The 2017 NAB Show exhibition opens Monday, April 24, and there will be much to see for broadcast engineers and technologists who find themselves grappling with the repack of the TV spectrum and a nearly completed new broadcast standard. Five top techs — one each from Gray Television, NBCU O&Os, Nexstar Media Group, Sinclair Broadcast Group and Tegna Media — talk technology and what they will be looking for at this year’s NAB Show. For a recap of TVNewsCheck’s multi-part roundup of NAB Tech Hot Topics, click here.
What Top TV Techs Are Looking For At NAB
Broadcast engineers and technologists headed to the 2017 NAB Show next week in Las Vegas have a lot on their plates, some of which — like the TV spectrum repack and ATSC 3.0 — that are to be expected, and others — like the cloud and virtualization — that are unfolding in a somewhat surprising manner just in time to help broadcasters deal with these major changes.
These developments are contributing to a heightened sense of anticipation among some in the tech community about this year’s NAB gathering, April 22-27 at the Las Vegas Convention Center.
“I am about as excited as I have ever been for an NAB this year,” says Jason Effinger, EVP and CTO of Gray Television. “So many things are coming together just at the right time.”
Among them are the cloud, IP for professional video and audio transport and new workflows in news, master control and elsewhere enabled by the convergence of these technologies, he says.
But it is the net effect of this convergence that is most important to Effinger, he says. “For Gray, this all boils down to one word: simplification.”
At this year’s show, Effinger expects to see technologies that will help the station group simplify and streamline its workflows for content prep, master control and playout.
“There are some things we do at Gray that we repeat too many times,” he says. “That takes us away from focusing on our local clients … because we are trying to manage too many boxes in too many locations.”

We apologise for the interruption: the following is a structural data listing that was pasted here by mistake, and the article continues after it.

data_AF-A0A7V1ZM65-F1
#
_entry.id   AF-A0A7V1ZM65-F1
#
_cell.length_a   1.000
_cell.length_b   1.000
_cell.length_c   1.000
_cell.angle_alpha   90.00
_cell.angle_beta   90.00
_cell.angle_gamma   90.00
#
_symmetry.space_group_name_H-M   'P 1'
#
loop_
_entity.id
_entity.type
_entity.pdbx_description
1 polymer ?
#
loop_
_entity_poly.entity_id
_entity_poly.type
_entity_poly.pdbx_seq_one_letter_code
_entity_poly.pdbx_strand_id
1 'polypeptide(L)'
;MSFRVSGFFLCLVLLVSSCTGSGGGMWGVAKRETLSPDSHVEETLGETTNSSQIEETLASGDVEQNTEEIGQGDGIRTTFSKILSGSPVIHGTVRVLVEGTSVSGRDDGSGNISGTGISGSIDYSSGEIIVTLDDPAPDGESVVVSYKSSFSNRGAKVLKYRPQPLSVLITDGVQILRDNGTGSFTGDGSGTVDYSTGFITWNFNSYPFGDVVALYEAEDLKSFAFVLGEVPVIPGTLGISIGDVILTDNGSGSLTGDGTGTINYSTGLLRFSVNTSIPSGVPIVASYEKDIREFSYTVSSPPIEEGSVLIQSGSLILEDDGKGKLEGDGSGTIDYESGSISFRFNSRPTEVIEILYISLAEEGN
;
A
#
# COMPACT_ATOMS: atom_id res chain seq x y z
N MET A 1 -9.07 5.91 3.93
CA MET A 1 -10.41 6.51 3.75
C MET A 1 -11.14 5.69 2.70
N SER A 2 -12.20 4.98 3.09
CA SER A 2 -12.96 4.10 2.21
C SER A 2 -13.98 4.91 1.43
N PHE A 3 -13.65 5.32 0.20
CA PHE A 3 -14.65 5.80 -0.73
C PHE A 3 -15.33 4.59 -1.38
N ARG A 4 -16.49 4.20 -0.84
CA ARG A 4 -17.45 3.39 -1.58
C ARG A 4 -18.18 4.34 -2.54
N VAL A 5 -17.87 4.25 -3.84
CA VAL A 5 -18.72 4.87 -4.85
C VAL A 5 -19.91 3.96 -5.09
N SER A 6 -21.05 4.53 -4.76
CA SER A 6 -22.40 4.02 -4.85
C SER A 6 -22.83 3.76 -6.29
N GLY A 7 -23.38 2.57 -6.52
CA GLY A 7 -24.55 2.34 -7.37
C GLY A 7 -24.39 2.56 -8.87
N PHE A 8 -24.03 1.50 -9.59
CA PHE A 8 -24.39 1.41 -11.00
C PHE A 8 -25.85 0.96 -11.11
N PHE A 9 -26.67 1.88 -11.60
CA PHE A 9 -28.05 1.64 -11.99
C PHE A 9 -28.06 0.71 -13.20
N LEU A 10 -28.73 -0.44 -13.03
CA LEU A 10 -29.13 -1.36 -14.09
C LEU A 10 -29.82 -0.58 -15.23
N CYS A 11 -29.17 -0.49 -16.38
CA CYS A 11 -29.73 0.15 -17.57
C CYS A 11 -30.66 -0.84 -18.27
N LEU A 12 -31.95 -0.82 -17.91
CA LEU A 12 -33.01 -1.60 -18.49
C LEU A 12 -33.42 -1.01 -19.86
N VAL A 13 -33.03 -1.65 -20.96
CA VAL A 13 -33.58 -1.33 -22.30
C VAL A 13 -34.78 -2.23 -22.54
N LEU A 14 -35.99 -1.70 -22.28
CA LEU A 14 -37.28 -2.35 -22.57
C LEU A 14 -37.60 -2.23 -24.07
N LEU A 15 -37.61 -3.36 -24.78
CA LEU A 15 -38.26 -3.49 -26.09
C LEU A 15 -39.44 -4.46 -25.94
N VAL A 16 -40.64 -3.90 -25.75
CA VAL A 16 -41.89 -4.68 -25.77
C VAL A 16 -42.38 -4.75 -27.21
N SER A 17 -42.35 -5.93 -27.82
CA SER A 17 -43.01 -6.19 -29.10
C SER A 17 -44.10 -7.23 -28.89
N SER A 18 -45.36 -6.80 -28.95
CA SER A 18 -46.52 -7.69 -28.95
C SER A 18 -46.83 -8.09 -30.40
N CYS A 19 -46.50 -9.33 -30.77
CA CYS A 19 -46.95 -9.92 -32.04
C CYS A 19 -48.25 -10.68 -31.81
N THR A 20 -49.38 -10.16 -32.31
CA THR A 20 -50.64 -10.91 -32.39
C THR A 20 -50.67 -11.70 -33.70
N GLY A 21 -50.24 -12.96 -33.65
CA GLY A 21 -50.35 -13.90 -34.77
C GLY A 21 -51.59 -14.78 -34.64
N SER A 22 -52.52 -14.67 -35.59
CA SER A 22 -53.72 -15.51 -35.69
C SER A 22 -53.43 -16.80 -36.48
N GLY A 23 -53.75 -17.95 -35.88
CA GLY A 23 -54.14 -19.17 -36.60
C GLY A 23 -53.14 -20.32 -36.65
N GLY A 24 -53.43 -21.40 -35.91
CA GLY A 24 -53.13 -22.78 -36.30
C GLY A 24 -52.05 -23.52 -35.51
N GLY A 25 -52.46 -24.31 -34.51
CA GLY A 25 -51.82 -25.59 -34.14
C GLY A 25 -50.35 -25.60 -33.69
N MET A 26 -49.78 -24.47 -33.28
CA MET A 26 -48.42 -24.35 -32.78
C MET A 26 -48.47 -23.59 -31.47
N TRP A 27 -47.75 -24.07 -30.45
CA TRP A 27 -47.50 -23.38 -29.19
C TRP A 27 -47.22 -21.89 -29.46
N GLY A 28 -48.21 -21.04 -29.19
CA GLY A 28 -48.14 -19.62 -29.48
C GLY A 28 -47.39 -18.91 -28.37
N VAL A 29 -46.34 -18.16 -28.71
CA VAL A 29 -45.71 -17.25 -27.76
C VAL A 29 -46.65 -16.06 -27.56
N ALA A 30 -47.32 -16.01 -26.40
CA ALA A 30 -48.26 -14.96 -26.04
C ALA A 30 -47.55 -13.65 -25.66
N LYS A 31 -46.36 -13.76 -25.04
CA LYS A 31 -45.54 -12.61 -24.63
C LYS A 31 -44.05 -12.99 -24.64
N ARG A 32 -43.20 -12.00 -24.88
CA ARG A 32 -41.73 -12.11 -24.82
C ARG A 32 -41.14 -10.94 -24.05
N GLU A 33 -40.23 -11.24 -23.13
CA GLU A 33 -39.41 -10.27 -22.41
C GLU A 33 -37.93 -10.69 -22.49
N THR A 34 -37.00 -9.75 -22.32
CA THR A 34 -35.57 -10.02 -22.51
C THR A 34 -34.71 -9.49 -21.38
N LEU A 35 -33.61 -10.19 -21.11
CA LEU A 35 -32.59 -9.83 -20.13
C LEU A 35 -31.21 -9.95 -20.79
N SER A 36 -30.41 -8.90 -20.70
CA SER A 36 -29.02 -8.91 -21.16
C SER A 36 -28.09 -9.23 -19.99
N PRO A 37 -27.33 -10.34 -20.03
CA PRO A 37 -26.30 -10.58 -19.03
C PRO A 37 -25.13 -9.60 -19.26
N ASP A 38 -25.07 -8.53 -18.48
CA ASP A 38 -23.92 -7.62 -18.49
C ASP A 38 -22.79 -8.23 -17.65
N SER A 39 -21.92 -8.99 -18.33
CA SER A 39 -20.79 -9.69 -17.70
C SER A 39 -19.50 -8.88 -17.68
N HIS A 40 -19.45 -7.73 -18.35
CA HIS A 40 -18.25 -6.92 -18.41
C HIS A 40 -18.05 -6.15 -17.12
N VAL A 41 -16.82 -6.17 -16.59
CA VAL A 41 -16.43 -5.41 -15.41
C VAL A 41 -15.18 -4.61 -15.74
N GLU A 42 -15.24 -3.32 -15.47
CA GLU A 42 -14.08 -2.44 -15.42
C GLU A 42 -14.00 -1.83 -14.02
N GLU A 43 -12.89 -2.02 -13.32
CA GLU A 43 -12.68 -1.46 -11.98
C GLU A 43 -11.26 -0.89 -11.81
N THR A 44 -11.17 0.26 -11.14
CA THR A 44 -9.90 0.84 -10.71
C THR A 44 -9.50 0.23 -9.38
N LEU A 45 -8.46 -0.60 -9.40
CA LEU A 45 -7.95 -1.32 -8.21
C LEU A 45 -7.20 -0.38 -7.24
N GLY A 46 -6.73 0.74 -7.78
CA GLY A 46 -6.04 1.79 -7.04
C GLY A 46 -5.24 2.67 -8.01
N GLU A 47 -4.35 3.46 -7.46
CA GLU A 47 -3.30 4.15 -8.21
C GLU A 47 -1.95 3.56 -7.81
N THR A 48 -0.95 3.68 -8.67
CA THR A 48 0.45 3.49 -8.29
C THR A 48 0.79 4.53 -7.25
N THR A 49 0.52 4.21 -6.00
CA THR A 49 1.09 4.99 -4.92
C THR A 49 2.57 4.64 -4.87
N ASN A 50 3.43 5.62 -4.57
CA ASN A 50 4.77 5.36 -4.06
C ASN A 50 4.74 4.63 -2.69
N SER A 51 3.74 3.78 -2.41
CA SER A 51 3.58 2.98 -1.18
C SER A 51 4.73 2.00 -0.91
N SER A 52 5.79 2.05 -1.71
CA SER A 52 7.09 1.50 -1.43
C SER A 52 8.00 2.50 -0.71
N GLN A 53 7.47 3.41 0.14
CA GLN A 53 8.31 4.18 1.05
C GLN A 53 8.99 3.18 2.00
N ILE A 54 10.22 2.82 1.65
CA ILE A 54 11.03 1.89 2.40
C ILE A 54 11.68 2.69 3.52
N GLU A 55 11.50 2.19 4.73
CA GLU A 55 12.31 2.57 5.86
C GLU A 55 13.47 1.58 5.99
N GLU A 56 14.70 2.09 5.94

With “reasonably priced” bandwidth making it more affordable than ever to connect stations, enhancing centralization to increase efficiencies will be something the group will be looking for in Las Vegas.
Gray will also look for technologies at the show to advance its efforts to streamline news production, he says.
News technology will be the top NAB tech priority for NBCUniversal Owned Television Stations, as it is every year, says Jeff Morris, the group’s SVP.
The news thrust for Morris’ tech team this year will be on newsgathering, including cameras, lenses, mics and IP field contribution, and technology for the studio, including “everything from the newsroom system to control room and set technology,” he says.
Another major thrust will be IP technology. “We are in the process of making a pretty technologically progressive facility in Philadelphia to be home to our Philadelphia businesses.
“That will be our first station to ever adopt IP technology at its core,” says Morris, adding he can’t envision ever building a “facility in the future without IP at the heart of it.”
The new Philadelphia facility will leverage both native IP sources and destinations as well as baseband sources and destinations converted to IP, he says.
Morris and his team will remain open-minded at the NAB Show about which IP protocol to employ at the new facility, but will likely settle on a protocol in the next few months, he adds.
(Editor’s note: For a recap of TVNewsCheck’s multi-part roundup of NAB Tech Hot Topics, click here.)